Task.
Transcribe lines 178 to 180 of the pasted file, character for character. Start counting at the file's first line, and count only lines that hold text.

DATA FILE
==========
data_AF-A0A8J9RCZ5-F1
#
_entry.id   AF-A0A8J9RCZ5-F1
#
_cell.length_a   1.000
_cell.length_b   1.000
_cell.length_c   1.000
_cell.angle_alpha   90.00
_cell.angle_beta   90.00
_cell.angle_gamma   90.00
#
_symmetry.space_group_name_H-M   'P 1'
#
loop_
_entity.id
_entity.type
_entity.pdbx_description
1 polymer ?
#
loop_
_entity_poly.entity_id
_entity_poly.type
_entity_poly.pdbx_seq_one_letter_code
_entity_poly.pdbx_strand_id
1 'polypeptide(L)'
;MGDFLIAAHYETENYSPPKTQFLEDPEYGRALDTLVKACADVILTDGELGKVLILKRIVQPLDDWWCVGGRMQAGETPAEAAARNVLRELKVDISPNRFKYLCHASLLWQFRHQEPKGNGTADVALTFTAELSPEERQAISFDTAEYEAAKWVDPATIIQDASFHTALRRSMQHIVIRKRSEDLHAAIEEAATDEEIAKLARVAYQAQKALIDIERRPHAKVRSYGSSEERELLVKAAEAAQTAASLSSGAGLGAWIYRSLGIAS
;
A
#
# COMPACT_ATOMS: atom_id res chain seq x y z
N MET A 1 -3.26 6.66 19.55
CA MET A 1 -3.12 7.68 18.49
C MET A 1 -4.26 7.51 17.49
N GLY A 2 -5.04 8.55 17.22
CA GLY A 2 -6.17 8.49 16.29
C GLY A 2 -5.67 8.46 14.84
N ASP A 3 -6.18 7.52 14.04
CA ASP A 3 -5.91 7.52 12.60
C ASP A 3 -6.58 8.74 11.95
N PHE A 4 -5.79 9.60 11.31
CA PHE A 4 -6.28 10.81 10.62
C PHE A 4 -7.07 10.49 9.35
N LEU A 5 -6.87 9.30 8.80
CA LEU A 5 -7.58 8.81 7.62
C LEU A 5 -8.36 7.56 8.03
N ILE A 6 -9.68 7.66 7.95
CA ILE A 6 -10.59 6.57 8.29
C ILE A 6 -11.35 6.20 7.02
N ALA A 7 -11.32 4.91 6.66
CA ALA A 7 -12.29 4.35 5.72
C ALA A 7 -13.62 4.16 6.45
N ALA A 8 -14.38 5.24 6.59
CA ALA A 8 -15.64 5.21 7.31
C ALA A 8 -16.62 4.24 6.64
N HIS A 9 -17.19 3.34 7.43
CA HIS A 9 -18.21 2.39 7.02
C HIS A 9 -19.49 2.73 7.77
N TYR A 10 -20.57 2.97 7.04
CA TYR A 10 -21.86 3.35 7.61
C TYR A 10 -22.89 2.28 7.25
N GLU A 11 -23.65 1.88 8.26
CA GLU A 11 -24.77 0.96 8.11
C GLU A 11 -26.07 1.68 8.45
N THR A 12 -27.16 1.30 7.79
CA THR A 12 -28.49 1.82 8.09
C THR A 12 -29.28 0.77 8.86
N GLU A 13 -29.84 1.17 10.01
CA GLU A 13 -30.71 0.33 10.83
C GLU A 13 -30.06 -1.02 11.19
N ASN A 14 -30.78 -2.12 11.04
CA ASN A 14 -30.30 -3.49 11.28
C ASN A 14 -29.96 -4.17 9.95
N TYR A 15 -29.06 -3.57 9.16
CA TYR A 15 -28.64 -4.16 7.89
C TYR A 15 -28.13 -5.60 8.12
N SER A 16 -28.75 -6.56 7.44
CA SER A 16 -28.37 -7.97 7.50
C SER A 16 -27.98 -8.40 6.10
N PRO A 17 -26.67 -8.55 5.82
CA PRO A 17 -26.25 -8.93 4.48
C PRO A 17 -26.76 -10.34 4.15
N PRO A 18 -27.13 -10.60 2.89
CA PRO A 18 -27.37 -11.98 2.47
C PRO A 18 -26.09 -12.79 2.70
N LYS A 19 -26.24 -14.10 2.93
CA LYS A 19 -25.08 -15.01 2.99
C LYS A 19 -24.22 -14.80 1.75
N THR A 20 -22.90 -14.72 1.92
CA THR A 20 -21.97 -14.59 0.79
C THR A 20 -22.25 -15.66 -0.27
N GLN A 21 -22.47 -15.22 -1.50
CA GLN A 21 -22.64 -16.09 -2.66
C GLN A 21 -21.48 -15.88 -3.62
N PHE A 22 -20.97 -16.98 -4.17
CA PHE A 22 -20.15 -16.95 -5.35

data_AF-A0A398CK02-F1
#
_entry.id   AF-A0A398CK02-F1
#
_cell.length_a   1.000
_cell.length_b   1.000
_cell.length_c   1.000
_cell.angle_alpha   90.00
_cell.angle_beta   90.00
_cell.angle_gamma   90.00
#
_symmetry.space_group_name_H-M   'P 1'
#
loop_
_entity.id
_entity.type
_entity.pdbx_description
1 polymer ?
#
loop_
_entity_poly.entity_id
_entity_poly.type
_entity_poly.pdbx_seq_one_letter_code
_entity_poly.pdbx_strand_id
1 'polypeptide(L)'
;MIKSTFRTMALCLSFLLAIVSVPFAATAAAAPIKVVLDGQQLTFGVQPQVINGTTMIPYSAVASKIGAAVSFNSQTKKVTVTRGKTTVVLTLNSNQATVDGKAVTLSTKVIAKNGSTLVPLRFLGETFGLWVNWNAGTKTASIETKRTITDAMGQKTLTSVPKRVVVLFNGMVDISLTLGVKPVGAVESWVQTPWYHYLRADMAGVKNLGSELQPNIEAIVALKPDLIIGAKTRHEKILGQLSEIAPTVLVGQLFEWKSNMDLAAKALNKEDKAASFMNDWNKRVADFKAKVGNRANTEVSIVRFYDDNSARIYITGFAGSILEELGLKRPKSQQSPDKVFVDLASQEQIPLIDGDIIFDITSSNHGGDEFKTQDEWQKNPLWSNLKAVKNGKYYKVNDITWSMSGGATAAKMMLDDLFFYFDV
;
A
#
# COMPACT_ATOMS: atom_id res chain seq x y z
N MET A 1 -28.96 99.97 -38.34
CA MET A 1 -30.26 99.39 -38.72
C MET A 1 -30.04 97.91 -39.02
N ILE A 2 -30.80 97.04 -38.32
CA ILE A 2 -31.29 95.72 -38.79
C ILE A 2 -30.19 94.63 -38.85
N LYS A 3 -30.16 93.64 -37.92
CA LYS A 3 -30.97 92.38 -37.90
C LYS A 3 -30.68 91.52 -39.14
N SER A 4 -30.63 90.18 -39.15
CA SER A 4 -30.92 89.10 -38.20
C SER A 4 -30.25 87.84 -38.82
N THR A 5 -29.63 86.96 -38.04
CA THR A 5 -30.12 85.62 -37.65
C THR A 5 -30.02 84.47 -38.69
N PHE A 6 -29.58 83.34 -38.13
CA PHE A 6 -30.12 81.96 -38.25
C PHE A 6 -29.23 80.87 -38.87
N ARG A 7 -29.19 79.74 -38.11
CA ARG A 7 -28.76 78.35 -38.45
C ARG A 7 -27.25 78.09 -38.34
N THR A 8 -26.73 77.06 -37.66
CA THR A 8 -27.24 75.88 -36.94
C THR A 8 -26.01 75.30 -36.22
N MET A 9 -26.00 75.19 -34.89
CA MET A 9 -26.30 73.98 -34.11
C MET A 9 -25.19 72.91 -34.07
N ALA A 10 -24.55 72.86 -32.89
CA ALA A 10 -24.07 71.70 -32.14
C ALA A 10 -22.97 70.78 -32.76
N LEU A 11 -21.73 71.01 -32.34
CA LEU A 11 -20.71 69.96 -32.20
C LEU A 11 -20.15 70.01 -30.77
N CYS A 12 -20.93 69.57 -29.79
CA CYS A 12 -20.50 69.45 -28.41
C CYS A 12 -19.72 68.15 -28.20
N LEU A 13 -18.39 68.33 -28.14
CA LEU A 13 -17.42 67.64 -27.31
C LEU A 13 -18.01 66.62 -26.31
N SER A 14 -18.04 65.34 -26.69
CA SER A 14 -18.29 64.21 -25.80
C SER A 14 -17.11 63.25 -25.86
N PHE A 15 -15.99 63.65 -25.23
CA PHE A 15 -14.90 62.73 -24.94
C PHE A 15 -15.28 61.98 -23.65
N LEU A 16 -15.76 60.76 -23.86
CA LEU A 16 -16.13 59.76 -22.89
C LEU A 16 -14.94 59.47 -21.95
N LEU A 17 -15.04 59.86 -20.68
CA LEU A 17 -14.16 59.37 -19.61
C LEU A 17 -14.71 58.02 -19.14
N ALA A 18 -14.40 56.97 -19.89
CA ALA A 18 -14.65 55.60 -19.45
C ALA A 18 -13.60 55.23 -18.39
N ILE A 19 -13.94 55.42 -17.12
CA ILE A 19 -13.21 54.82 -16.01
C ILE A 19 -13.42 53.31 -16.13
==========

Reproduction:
CA ALA A 18 -14.65 55.60 -19.45
C ALA A 18 -13.60 55.23 -18.39
N ILE A 19 -13.94 55.42 -17.12